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Mexican Loteria Is A Great Summertime Game For The Whole Family


When I was little, my family lived in Mexico. Even though we are Cuban, we absorbed a lot of the Mexican culture that surrounded us. When I was 5, my favorite game was the Mexican loteria. This was in the days before XBox, so we had to amuse ourselves in ways that didn’t involve blowing people up. My mother would get home after doing a 16 hour shift as a medical resident, and I’d want to play loteria. Kids are selfish a-holes. Still, it is pretty fun. It’s like bingo, except a million times cooler.

For those of you that aren’t familiar with loteria, it is indeed very similar to bingo. Only, loteria is played by people of all ages and socioeconomic levels, and not just by old people killing time until death arrives. Everyone gets a board with 16 squares. Instead of boring old numbers, loteria is played using 54 weird/cryptic/goofy images. El Alacran, El Gallo, El Boracho, La Sandilla and other images from everyday Mexican life are represented. The “griton” or screamer, calls out the cards from a shuffled deck. Traditionally he does this by saying a small riddle or phrase, such as “Pórtate bien cuatito, si no te lleva el coloradito, El Diablito” or “¡Ah, Chihuahua! Cuánto apache con pantalón y huarache, El Apache”. If you have one of these on your board you mark it with a pinto bean, a penny, a shell, a Dorito, or whatever. If you get four across in any direction you win, and get to yell “Loteria!” or as my cousins and I would say in our teens, “Loteria bitches!”. In another variant, you need to fill up your whole board.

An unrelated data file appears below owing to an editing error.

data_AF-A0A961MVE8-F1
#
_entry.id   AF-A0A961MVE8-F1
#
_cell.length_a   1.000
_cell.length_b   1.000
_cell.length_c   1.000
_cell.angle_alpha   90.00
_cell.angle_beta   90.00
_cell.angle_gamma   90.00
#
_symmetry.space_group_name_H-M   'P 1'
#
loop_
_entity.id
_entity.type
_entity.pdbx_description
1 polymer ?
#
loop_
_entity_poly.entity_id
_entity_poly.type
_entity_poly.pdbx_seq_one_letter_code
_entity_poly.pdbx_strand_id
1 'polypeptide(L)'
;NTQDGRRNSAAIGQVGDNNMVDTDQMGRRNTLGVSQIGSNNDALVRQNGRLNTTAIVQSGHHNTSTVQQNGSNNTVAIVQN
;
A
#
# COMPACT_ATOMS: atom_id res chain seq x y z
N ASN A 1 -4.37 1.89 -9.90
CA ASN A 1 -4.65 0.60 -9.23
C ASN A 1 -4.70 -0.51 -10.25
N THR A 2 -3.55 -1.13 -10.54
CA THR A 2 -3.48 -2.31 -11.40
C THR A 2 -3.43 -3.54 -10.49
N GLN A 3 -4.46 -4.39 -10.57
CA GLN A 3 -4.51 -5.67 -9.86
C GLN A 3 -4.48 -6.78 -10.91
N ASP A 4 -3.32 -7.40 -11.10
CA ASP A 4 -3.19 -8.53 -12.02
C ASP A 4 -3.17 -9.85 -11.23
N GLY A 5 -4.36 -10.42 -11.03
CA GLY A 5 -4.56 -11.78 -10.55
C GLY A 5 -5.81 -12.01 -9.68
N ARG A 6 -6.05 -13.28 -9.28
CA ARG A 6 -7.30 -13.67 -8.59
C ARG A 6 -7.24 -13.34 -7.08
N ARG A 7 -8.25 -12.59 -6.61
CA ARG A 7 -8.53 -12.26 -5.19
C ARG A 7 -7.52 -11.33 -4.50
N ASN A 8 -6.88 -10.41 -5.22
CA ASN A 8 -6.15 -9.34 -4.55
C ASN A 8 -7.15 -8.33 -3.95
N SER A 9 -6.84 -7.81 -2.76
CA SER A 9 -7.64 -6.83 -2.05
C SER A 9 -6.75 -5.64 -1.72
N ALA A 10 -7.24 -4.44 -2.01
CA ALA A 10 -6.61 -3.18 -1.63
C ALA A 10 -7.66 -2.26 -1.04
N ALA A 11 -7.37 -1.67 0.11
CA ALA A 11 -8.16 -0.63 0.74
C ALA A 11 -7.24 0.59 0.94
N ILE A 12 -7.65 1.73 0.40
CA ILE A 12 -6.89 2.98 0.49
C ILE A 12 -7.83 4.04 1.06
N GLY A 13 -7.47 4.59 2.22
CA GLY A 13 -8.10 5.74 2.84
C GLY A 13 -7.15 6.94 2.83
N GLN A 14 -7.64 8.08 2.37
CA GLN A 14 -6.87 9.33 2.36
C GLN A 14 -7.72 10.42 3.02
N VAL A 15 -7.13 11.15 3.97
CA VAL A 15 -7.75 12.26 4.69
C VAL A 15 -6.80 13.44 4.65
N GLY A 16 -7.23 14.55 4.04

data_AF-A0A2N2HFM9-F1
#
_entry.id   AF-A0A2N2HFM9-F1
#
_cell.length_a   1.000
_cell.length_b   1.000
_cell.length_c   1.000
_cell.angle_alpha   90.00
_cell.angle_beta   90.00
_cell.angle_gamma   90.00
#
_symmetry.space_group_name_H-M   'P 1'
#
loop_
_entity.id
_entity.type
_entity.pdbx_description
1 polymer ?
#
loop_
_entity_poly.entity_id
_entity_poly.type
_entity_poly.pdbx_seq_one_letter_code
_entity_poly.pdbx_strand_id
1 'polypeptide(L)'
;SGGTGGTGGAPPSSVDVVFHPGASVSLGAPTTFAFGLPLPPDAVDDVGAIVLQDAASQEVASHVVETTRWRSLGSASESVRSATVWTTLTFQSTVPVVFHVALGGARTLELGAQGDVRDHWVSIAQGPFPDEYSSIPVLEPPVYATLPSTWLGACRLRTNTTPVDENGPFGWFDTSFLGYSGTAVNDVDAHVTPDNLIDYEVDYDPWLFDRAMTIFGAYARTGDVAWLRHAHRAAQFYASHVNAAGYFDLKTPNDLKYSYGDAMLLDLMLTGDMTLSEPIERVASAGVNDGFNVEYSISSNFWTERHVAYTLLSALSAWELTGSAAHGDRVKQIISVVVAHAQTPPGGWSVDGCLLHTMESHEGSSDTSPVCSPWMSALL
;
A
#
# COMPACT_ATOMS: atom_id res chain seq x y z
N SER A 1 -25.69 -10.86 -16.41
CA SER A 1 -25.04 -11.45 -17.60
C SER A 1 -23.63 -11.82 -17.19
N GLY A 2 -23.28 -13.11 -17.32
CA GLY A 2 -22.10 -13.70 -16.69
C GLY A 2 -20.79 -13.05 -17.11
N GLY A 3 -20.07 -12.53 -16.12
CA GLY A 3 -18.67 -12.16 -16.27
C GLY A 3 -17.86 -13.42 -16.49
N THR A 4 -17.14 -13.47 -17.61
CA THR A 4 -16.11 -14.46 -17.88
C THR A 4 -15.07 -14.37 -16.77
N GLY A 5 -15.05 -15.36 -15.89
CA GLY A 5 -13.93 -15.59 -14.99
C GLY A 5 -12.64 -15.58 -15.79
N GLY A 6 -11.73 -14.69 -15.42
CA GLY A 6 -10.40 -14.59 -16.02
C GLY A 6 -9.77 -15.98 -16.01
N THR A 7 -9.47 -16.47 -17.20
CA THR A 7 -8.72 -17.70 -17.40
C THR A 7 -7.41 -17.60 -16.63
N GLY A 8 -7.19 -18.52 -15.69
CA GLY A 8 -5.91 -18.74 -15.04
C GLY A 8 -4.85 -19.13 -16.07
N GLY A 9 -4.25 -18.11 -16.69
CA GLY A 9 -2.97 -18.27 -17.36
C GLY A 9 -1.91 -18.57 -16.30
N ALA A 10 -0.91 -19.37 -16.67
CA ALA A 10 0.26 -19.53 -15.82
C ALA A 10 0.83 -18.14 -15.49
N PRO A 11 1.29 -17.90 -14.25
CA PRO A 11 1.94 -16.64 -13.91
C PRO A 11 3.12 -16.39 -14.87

The cards aren’t exactly PC. One is called El Negrito, and has a stereotypically drawn black dude from Havana. El Catrin is a “dandy” which is code for “gay dude with a monocle”. El Apache is a Native American if all Native Americans looked like a cigar store Indian or the logo on a Washington Redskins jersey. Some newer version of the cards have tried to clean up these images to make them more palatable. Still, the question remains: What do these images mean? The game is thought to be a descendant of the Italian Tarot cards that came over with the Spanish in the 1500’s. Because Mexican peasants don’t know what a Hierophant or a pentacle was, they changed to more familiar images. If you go to a fortune teller or bruja, they may read your fortune using the loteria cards. Whether you use the game to tell the future, play with your family, or have a spirited drunken game with your cousins, loteria is a fun and culturally rich way to spend an afternoon. Who wouldn’t want to play a game involving a severed hand? “La mano de el criminal, la mano.”

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